GRAND FORKS - Joanna Pearson stands at the front of the bus as it's getting ready to pull out of the northeast parking lot at Ralph Engelstad Arena.

Her father, Al, is sitting in the first seat on the bus right next to her with a Palm Breeze in hand, listening as she reads off the rules to the passengers: Represent UND in a positive light, be respectful and kind, get to know the people sitting near you and clean everything up when you're done.

"Relax, laugh, sip, repeat," she says.

And then, it's time for the final rule.

Joanna begins by saying: "What happens on the bus..."

And she lets the rest of the passengers finish: "...stays on the bus!"

For 45 years, the 80-year-old Al Pearson has been organizing UND hockey fan bus trips to road series, lining up transportation, tickets and hotels.

His daughter, Joanna, has now taken the reins in the last four or five years as Al battles Parkinson's disease, but he's still on all of the trips, sitting in his perch at the front of the bus, chatting with fans as the board.

The passengers have changed over the years, but they've included former UND hockey players, former referees, players' parents, new followers of the program and even Gordon 'Ginny' Christian, one of the founders of the UND hockey program.

In recent years, more newcomers have joined the group, needing to cross off an item on their bucket list: Riding the bus with Al Pearson on a UND hockey road trip.

Fans range in ages from their 20s to 80s.

But when the bus departs The Ralph for its destination, it feels like there's no age gap between the riders at all.

"It's fun because there are so many different personalities, and somehow, they all come together for one main passion," Joanna said. "That passion has grown into this second family for a lot of people."

Some riders have been going on trips for as many as 20 years with Al.

That's the case for Jon Rebsch, whose first trip came during the 2000 Western Collegiate Hockey Association Final Five in Minneapolis.

"I kind of got hooked right then," Rebsch said. "The people on the bus ... it's your bus family. You get to know each other so well. We got out to dinner together. We do vacation trips. We hang out with each other everywhere."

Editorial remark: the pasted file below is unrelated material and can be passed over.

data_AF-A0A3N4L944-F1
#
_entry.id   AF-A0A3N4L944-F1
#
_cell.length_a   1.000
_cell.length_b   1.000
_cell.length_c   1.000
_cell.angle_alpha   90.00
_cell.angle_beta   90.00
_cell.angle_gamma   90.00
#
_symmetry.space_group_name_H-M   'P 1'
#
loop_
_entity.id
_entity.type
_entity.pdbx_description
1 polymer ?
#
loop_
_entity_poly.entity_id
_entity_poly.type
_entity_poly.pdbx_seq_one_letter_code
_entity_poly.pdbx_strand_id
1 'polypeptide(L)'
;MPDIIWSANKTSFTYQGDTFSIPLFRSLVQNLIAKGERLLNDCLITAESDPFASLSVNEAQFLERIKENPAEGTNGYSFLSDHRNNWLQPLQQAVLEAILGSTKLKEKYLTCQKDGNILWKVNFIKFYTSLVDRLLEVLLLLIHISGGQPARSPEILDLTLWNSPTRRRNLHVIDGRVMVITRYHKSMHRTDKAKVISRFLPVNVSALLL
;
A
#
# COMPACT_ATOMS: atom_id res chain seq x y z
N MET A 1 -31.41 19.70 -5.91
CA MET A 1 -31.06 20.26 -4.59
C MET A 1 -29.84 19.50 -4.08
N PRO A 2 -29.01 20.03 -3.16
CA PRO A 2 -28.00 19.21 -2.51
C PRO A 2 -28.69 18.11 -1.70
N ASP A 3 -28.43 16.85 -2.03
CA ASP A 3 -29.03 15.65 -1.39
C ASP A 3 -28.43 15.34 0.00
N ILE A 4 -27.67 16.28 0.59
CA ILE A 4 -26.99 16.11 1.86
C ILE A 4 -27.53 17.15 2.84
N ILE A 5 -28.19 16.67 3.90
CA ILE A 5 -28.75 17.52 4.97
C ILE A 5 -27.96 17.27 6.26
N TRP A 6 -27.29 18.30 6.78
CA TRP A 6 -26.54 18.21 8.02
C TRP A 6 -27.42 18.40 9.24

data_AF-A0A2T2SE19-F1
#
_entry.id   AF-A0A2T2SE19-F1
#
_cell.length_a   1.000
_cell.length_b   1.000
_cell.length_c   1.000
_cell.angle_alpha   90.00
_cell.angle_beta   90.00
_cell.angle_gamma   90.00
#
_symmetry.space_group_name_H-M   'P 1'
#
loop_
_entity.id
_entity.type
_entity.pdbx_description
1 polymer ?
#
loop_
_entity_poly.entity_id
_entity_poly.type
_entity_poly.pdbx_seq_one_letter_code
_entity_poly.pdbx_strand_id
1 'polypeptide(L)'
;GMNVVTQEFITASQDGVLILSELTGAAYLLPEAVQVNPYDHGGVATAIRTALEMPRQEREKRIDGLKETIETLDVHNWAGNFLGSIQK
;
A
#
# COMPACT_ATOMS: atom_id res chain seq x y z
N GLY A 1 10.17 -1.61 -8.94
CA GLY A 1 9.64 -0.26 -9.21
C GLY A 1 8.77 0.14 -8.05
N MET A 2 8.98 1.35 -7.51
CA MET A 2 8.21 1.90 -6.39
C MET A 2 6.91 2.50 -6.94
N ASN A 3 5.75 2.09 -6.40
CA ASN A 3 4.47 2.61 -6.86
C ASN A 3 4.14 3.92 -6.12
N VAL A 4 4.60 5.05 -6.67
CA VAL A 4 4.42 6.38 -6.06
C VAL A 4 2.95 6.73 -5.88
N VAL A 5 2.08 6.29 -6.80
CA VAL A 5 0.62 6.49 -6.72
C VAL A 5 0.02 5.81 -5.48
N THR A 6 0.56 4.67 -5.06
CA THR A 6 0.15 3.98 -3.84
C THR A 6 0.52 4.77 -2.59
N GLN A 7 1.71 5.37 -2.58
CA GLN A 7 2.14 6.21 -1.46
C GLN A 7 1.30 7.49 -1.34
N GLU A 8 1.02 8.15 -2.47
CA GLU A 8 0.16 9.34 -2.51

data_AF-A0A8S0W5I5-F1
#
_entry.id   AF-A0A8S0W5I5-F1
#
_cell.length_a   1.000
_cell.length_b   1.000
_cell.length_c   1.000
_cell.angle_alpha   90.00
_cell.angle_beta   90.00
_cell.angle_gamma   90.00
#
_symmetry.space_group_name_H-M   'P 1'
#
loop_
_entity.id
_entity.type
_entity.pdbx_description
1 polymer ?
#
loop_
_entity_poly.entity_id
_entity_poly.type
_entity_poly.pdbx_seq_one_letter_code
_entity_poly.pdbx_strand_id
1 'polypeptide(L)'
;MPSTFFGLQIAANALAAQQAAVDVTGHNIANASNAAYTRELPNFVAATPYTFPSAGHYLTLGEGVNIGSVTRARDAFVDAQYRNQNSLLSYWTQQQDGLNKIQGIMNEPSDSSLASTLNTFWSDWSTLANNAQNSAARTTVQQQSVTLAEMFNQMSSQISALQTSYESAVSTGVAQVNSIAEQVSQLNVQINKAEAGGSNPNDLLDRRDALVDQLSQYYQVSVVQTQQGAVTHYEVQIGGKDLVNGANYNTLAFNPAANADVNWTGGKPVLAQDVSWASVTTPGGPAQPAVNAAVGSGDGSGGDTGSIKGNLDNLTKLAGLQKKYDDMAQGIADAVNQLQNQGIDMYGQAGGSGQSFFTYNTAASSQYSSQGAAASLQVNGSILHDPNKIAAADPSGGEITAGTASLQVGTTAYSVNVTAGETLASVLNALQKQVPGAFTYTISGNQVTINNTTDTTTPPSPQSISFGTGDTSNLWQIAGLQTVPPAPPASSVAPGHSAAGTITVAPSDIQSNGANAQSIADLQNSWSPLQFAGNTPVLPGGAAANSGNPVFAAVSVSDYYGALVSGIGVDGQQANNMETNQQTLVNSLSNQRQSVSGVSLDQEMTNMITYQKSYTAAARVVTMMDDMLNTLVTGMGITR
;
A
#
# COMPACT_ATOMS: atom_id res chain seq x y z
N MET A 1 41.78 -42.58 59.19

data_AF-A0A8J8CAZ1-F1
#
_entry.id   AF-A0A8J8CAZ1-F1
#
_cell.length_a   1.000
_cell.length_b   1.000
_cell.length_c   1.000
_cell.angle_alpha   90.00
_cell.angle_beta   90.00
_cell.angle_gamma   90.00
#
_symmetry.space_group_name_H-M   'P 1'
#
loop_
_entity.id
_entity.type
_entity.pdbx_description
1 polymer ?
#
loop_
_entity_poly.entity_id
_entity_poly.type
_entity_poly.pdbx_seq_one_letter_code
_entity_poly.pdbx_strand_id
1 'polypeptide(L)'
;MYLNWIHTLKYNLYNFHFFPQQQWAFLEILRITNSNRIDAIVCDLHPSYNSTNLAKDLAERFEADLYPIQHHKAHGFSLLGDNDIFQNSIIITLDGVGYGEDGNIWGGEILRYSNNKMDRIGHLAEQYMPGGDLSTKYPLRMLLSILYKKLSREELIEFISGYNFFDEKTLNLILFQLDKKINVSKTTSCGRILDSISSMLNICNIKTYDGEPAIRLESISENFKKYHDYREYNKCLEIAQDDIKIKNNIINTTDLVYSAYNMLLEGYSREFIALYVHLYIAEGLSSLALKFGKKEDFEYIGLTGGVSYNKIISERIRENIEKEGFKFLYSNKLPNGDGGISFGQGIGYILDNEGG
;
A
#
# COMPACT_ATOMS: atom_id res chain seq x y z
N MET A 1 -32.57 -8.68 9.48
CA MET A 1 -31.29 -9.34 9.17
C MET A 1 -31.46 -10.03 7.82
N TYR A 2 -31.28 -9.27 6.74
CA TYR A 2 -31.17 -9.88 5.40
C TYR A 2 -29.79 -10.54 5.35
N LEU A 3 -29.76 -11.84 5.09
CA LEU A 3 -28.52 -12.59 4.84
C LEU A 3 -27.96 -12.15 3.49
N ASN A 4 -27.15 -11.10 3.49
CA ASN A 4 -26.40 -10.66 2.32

Joanna found that out on her first bus trip.

It happened in the early 2000s. She was living in Fargo and wanted to help build a closer relationship with her father. So, the bus picked her up on the way and she experienced it for the first time.

"I went on a trip to see what he's been doing all these years," Joanna said. "And it was amazing. At first, I just felt awkward because everybody seemed to know everybody. But that only lasted five minutes. Pretty soon, you feel like you've known these people forever.

"It's about that feeling of family. It didn't take me long to understand why he kept doing it."

During the trips, the longtime passengers do what they can to make newcomers feel welcome.

They'll walk up and down the aisle offering baked goods that they made for the trip. Doug Trengen offers his famous Uncle Swany's Salty Pickles. Oh, and there's also a wide assortment of beverages-sodas and beers.

In the back of the bus, there's gambling. Dan McMenamy brings a custom-made board for passengers to throw dice.

Others read, sleep or chat with those sitting next to them.

Sometimes, they'll sing songs or salute the late Tom Ronan, one of the original bus riders.

"I've been doing this for a long of years," Al said. "And I've made a lot of friends."

That includes hotel and ticket managers.

Al and Joanna are able to reserve the tickets and rooms because of decades-long relationships with some hotels and arenas. The Holiday Inn in Duluth will even call the Pearsons once they get Minnesota Duluth's schedule to get their group booked right away.

The bus is not done yet this season.

If UND makes the National Collegiate Hockey Conference Frozen Faceoff in St. Paul or the NCAA West Regional in Sioux Falls, S.D.-and Al says UND will make it-the bus will be going.

Friday, Feb. 16, it will pull out of The Ralph's parking lot at 6:30 a.m. en route to Omaha and a key road series.

Head coach Brad Berry, who brought the NCAA national championship trophy to Al's house after the team won the title in 2016, said he'll be looking forward to seeing Al, Joanna and the group.

"Back when I played a long, long time ago, he did that," said Berry, who was a defenseman at UND from 1983-86. "I think what he does is he exudes passion. When you see a guy at his age with the energy he has and with the passion he shows for North Dakota hockey everybody else jumps on board. He's an ambassador for our program and I think he teaches the younger generation the tradition and values and culture. And that's a big deal.

"The world changes pretty quick, and sometimes you forget about the past and how significant it is. He remembers it and shares it on a daily basis. He spends a lot of time, money and effort in doing it. He's someone we cherish immensely in our group."